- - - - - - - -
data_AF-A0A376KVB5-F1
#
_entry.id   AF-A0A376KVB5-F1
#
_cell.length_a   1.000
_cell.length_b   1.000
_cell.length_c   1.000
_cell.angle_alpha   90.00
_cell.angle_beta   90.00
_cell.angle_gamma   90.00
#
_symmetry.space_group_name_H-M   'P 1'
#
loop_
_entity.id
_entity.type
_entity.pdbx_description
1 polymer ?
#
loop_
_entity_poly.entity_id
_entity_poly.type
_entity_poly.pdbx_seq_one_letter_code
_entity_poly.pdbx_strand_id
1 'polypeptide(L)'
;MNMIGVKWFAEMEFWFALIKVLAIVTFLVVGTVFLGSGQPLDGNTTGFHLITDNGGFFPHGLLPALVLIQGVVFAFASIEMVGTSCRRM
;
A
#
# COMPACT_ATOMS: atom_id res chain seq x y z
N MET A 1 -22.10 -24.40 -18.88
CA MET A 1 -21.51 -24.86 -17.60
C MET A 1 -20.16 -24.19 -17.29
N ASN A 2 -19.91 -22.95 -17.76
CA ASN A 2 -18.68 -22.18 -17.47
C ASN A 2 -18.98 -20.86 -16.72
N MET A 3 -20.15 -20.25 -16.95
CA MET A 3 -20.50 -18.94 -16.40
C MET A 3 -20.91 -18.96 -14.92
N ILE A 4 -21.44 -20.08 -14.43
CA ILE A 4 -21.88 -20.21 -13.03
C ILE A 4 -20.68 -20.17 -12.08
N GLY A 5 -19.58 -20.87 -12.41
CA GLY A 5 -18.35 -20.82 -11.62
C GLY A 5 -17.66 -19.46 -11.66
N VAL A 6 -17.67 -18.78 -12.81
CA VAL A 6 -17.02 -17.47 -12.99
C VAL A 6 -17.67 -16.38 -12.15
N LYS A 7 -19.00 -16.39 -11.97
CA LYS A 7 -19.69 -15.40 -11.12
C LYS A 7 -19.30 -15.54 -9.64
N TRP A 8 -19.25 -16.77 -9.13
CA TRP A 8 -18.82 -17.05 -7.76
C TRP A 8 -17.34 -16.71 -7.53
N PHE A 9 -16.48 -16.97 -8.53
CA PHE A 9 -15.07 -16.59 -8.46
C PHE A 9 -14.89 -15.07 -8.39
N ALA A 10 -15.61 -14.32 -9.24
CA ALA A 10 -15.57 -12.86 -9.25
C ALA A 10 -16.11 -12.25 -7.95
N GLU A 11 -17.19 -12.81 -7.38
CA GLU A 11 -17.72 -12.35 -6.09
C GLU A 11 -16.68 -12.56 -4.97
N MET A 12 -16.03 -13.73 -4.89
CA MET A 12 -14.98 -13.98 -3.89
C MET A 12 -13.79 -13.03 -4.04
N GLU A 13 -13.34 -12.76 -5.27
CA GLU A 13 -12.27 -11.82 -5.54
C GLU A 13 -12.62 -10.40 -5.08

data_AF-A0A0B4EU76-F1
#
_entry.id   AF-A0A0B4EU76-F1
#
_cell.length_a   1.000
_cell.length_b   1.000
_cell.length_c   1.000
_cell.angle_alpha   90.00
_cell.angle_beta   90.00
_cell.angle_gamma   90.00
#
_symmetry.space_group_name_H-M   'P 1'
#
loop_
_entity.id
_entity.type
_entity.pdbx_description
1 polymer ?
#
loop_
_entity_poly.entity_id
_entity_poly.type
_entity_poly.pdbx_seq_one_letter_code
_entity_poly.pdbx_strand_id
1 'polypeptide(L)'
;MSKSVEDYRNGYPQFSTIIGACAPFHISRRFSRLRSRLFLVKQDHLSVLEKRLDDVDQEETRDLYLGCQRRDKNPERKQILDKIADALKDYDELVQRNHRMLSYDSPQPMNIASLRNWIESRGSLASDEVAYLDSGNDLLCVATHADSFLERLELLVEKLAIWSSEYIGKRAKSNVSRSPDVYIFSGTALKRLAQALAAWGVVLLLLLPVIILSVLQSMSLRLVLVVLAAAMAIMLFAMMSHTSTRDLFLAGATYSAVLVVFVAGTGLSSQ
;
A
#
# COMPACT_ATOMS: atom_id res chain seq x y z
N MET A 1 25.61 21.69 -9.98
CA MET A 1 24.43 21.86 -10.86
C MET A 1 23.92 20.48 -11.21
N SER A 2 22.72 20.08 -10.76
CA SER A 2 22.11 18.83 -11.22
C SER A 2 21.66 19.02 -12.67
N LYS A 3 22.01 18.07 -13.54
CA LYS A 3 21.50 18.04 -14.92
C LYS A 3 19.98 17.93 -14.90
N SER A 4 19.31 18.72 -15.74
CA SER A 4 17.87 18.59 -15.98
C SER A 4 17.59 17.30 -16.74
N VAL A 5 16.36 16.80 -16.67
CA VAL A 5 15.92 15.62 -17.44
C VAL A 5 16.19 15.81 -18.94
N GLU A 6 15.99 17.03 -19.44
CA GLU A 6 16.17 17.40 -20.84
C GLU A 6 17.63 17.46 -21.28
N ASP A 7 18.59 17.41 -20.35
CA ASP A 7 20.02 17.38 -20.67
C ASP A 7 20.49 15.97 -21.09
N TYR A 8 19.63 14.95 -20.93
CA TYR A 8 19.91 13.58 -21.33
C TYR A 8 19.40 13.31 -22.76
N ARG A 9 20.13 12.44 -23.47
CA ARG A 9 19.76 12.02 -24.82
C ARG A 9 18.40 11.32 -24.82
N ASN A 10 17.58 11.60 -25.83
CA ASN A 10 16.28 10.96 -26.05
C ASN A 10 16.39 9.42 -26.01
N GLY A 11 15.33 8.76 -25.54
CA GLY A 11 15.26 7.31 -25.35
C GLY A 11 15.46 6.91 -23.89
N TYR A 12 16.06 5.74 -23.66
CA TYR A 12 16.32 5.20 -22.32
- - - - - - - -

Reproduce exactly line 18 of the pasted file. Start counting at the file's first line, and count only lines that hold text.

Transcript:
1 polymer ?